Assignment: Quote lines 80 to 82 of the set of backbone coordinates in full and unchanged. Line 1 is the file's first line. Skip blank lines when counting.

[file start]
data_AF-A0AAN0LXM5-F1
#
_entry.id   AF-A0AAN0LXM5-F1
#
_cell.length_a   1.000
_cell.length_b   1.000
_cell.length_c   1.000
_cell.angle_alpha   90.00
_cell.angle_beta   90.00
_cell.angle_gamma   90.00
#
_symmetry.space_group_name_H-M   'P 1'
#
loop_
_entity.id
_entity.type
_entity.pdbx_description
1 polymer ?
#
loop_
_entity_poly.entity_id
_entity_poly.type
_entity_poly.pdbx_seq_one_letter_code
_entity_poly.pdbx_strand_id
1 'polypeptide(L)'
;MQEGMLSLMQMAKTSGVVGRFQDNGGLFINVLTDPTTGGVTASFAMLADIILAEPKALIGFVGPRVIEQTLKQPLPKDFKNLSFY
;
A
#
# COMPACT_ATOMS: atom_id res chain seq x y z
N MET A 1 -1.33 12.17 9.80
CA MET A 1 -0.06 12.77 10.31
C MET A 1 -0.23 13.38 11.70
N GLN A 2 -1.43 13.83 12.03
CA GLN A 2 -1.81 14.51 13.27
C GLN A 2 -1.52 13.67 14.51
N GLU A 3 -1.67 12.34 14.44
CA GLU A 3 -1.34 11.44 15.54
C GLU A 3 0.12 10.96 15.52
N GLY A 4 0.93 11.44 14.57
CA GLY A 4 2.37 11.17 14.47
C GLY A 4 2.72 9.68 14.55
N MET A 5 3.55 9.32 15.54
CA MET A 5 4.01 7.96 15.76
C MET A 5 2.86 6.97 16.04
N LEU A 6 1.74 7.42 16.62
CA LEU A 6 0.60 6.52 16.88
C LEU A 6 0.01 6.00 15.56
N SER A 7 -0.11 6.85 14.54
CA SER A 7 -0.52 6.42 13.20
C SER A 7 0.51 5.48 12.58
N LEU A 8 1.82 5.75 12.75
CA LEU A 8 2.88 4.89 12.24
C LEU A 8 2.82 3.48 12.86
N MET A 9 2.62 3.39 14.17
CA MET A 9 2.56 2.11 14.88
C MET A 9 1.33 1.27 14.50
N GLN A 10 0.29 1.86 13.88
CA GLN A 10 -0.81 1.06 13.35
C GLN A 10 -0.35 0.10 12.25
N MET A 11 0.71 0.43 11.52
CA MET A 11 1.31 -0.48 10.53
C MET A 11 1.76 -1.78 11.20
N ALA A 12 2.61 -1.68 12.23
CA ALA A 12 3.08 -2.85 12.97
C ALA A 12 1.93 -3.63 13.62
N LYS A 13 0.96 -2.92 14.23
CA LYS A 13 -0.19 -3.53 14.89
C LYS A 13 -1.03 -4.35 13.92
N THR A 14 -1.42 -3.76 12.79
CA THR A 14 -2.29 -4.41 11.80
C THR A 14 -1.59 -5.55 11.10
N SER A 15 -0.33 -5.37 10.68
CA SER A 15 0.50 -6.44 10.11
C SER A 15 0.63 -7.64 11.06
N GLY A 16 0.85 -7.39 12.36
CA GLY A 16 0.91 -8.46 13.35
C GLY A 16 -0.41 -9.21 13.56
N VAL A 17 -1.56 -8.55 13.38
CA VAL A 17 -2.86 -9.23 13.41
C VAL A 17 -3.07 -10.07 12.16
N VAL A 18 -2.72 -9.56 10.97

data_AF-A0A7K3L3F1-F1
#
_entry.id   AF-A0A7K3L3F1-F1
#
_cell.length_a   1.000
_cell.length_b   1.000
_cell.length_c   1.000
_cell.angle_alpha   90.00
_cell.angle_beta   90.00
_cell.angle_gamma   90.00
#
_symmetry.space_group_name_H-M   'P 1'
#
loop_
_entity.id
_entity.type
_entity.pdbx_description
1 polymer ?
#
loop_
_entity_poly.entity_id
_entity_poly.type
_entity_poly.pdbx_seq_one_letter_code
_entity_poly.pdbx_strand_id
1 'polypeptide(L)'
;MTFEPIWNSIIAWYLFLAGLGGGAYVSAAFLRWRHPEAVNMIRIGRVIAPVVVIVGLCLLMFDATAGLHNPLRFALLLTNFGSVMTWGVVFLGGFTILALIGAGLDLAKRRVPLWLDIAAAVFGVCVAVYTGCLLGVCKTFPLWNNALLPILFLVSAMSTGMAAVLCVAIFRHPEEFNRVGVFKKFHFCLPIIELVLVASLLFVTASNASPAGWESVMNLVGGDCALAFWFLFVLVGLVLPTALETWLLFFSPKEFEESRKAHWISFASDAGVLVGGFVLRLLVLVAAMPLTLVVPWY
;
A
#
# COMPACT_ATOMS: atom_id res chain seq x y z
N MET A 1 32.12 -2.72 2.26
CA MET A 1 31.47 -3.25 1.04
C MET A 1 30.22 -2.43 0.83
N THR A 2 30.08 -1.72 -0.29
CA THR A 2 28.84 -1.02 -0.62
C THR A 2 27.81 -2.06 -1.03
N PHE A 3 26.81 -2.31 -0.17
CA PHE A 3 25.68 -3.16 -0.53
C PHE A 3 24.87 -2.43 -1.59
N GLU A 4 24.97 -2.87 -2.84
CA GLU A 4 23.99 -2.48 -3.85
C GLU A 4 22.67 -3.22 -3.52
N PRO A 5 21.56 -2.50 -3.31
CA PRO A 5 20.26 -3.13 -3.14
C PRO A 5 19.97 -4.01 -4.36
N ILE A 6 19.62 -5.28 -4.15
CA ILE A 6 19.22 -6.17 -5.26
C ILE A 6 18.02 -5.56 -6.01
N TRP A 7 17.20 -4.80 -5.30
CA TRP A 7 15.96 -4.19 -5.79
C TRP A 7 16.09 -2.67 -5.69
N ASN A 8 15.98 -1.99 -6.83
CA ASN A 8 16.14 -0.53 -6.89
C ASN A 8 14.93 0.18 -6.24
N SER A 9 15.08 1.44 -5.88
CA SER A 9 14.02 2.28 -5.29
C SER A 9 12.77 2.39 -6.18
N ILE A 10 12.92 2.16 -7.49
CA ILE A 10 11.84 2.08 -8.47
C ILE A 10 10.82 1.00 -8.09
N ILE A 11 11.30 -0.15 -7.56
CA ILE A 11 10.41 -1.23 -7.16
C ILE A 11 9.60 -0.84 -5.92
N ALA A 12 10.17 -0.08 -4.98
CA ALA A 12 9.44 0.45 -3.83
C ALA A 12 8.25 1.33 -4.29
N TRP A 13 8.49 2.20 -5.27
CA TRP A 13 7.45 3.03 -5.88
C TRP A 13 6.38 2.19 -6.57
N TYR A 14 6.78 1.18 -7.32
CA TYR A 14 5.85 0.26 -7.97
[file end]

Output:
CA VAL A 17 -2.86 -9.23 13.41
C VAL A 17 -3.07 -10.07 12.16
N VAL A 18 -2.72 -9.56 10.97